Wednesday, January 20, 2016

Jan. 20, 2016


The Importance of Parent-Teacher  Communication
There’s plenty of evidence that shows positive communication between parents and teachers helps improve academic performance.
As your child’s greatest teacher and role model, it’s vital that you get involved in their schooling, rather than sitting back and letting the teacher handle it all. Your child need to see the importance that you, as their parent, put on their education, though make sure this doesn’t translate as an emphasis on always having to come first or being top of the class.
While teachers are experts in teaching, you’re the expert on your child. You know what stimulates, bores and interests them, what they’re good at and what they struggle with. You know your child’s learning style and you also know if there are any other issues going on that might be affecting their learning at school. So ongoing communication with your child’s teacher is essential to make sure they can tailor their approach to your child while in class.
Parent-teacher interviews are a great opportunity to communicate with your child’s teacher and hear how your child is tracking academically and socially relative to their classmates. However, they are also a great way to discuss any troubles or questions you may have regarding your child. With many parent-teacher interviews coming up, it is important that you take the time to think about the things you would like to discuss with your child’s teacher – to ensure you make the most of your allocated time.
In saying this, communicating with your child’s teacher isn’t just about attending parent-teacher interviews and conferences; there are lots of other ways to stay in touch and to create a positive two-way relationship, including email, volunteering in the classroom or by adding comments to a homework book. At drop off or pick up time, teachers are usually very busy so it might be best to schedule an appointment for when it’s more convenient.
Above all, remember that it’s a three-way relationship between you, your child and their teacher and that only by working together positively can you help your child achieve their full potential.


Best,

Nora Sierra
Early Childhood Assistant Principal
Discovery School
(504)221-7790
(504)221-7791(fax)
(504)9500-1720(school cell)
(504)9985-0732(mobile)

Friday, January 15, 2016

Teaching Children How to Think

Teaching Children How to Think




To function and create change in this modern world, individuals need critical thinking skills – the ability to think about ideas or situations in order to fully understand their implications so as to be able to make an informed judgment or decision.  Critical thinking includes skills such as questioning, predicting, investigating, hypothesizing, analyzing, reflecting, revising, comparing, evaluating and forming opinions.  It involves an inquiry process of exploring issues that may not be clearly defined and for which there are no clear-cut answers. Critical thinking also includes metacognition – the process of thinking that enables us to reflect on our own learning as we develop knowledge and skills.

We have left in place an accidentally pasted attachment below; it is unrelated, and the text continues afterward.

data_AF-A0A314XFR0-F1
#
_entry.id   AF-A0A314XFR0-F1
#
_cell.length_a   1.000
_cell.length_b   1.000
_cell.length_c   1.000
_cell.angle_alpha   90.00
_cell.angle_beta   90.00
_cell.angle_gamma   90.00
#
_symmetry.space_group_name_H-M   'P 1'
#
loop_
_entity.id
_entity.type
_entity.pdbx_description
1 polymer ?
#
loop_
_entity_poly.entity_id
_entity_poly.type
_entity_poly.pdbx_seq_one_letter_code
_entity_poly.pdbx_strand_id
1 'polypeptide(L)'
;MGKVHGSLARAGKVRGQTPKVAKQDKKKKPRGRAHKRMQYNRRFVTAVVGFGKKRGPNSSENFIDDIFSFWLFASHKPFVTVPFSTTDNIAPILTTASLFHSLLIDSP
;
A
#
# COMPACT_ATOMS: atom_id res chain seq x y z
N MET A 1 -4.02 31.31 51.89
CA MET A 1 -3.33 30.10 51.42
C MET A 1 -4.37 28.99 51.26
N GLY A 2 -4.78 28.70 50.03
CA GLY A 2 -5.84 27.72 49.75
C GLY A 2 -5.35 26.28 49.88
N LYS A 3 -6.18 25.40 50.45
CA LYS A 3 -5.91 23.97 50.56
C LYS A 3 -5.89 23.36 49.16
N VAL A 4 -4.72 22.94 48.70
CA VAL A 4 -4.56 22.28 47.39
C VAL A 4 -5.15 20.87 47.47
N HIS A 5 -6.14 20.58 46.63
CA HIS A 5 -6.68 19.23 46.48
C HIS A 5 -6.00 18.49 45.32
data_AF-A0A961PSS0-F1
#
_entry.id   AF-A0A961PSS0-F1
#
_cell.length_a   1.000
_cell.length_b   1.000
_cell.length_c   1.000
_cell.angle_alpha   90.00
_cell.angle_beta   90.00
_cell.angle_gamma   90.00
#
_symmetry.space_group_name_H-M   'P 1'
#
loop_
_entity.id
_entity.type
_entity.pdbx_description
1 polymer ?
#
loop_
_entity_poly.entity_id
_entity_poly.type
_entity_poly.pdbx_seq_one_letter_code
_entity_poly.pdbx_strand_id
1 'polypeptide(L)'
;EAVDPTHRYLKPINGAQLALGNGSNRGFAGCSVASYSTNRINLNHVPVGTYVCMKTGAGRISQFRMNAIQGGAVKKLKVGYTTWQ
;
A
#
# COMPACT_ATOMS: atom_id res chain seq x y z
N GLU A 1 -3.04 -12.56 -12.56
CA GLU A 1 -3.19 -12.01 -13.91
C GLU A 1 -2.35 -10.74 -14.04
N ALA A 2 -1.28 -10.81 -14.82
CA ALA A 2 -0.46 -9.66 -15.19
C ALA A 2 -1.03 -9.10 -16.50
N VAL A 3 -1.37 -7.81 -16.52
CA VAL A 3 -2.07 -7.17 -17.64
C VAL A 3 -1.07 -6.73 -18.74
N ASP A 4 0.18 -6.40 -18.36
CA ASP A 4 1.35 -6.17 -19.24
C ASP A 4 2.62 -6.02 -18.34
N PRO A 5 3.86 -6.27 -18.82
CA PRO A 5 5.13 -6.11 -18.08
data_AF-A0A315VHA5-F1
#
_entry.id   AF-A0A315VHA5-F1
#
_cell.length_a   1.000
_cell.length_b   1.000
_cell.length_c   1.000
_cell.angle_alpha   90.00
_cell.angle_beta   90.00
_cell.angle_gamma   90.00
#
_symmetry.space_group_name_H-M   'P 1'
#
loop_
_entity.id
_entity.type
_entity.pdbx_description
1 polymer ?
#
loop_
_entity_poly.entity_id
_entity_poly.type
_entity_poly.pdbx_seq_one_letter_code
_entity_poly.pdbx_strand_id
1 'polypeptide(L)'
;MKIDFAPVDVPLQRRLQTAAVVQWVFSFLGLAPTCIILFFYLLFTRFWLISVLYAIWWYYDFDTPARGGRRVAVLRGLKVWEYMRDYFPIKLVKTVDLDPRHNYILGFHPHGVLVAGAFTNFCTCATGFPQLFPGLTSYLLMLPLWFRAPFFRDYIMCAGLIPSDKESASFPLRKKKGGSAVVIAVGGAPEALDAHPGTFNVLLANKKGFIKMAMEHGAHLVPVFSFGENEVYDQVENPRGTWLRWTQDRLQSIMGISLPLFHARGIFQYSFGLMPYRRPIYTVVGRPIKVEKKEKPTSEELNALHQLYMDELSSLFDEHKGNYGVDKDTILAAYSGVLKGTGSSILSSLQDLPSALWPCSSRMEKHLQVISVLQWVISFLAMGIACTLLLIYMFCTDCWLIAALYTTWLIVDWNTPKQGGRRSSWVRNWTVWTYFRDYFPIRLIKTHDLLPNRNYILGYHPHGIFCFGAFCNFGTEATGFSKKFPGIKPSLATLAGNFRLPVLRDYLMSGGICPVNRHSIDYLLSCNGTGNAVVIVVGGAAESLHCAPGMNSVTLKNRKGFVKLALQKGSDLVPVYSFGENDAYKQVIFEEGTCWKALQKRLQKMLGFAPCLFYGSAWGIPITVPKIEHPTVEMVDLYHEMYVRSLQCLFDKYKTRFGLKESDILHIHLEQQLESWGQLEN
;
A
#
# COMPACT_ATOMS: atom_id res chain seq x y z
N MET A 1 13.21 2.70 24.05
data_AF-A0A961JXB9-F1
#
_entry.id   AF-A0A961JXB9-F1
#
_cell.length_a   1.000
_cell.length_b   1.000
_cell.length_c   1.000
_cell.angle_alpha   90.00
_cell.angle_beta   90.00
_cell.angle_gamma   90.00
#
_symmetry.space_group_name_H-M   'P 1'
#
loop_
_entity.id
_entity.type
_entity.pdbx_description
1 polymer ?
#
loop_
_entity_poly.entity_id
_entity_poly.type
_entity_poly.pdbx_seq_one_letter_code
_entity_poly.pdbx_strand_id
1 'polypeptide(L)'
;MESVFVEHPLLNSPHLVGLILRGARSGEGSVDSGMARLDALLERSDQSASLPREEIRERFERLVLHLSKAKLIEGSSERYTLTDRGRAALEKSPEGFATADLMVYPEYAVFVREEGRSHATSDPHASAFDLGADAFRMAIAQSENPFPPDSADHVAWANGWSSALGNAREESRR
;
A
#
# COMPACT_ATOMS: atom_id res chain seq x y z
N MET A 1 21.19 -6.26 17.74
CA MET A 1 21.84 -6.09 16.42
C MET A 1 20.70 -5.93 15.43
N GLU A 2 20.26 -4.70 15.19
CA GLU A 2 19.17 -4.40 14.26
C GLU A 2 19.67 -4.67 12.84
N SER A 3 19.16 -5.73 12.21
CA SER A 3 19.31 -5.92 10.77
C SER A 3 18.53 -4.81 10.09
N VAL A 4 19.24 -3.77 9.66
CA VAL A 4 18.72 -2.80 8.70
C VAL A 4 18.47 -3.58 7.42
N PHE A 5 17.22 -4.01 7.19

According to Tony Wagner in his book, The Global Achievement Gap, mastery of the basic skills of reading, writing and math is no longer enough. Instead, work, learning and citizenship in the 21st century demand that we all know how to think – to reason, analyze, weigh evidence and problem solve. He goes on to say that children will need seven basic survival skills to succeed in the world that awaits them:
·         Critical Thinking and Problem Solving
·         Collaboration across Networks and Leading by Influence
·         Agility and Adaptability
·         Initiative and Entrepreneurialism
·         Effective Oral and Written Communication
·         Accessing and Analyzing Information
·         Curiosity and Imagination
Robert Fisher, a leading expert in developing children’s thinking skills, says that thinking is not a natural function like sleeping, walking and talking. Thinking, he stresses, is a skill that needs to be developed, and people do not necessarily become wiser as they become older. Children learn to think when adults take them seriously, engage them in meaningful conversations, inspire their imaginations and ask them questions that get them to think. This is exactly the approach that we need to incorporate into the classroom.
According to many experts, to develop these basic skills, we need to re-define the role of the teacher and the student. Teachers need to move from primarily being the information keeper and information dispenser to being an orchestrator of learning where knowledge is co-constructed with the student.  Teachers will become facilitators, guides, mentors, sources and resources who make use of spontaneous teachable moments to scaffold children’s learning.   The 21st century will require knowledge generation, not just information delivery, and schools will need to create a “culture of inquiry” that is shared equally by teachers and students.
Enjoy,

Ms. Nora Sierra

September 18, 2017

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